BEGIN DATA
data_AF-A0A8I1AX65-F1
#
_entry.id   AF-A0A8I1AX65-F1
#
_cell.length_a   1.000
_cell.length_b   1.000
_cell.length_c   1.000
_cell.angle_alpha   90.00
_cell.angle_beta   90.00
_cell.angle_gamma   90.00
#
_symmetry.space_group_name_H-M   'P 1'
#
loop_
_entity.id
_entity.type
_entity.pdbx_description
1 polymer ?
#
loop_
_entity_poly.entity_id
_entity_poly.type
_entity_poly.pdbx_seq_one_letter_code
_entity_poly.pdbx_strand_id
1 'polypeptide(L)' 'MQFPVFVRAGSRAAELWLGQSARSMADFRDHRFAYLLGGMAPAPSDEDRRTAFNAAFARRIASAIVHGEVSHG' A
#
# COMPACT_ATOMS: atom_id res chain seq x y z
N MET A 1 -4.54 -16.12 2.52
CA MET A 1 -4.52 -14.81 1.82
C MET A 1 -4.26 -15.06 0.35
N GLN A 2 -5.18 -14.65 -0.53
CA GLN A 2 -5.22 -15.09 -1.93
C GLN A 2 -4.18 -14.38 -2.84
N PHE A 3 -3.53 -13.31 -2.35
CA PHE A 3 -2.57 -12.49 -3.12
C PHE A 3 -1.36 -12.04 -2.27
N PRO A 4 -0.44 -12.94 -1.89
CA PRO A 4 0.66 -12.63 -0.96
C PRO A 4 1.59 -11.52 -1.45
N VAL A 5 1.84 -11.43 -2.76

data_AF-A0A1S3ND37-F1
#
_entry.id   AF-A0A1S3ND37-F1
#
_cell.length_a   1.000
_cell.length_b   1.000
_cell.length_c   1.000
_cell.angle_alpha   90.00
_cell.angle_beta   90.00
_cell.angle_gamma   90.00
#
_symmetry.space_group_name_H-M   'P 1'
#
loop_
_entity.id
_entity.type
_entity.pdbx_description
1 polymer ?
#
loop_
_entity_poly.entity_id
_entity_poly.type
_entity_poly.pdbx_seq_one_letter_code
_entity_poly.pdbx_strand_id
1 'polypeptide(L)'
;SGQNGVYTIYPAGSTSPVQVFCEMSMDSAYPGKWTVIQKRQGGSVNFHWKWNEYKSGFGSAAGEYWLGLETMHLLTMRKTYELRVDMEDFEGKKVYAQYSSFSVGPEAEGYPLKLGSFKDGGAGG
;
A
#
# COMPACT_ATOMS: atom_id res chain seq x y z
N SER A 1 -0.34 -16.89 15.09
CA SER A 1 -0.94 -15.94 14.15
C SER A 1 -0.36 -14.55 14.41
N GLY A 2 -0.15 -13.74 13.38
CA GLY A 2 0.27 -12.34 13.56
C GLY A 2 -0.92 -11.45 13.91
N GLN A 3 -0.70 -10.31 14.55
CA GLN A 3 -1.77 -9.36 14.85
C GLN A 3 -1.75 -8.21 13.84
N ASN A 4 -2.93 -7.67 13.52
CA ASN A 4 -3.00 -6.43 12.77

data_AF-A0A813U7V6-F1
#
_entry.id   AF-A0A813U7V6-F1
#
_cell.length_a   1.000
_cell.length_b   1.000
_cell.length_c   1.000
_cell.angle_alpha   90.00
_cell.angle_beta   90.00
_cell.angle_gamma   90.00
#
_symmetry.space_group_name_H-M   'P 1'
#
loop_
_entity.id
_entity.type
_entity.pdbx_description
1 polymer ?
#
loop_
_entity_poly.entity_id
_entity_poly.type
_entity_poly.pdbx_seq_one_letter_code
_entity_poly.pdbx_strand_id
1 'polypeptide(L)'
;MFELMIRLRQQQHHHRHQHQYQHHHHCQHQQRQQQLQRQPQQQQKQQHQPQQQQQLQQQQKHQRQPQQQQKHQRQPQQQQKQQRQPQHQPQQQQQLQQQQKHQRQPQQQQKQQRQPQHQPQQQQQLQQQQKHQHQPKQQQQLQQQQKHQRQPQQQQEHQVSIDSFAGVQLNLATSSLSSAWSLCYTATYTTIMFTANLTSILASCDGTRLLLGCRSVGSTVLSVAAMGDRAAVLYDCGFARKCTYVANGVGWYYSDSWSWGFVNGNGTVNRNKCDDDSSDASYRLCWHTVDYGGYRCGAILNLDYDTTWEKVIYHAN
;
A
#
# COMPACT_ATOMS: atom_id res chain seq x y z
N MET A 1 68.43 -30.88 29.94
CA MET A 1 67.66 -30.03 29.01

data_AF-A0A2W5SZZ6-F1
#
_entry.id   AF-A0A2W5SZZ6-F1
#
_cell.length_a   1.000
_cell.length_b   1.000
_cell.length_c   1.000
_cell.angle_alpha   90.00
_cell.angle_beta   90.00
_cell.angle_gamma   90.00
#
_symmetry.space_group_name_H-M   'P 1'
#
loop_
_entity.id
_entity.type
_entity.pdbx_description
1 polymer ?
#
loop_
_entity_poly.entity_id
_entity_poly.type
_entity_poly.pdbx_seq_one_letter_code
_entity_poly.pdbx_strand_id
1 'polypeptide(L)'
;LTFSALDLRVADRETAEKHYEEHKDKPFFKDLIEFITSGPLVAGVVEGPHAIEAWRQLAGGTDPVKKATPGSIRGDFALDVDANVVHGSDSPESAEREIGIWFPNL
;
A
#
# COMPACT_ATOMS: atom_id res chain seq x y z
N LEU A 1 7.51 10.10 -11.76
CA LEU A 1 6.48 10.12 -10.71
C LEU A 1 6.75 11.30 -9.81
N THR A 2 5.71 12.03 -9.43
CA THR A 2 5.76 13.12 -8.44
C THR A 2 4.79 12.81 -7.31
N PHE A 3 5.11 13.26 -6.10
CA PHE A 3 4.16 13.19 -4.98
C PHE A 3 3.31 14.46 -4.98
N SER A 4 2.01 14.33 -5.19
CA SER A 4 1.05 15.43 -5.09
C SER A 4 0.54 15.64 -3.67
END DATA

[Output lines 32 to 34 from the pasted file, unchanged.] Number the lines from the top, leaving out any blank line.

CA GLN A 2 -5.22 -15.09 -1.93
C GLN A 2 -4.18 -14.38 -2.84
N PHE A 3 -3.53 -13.31 -2.35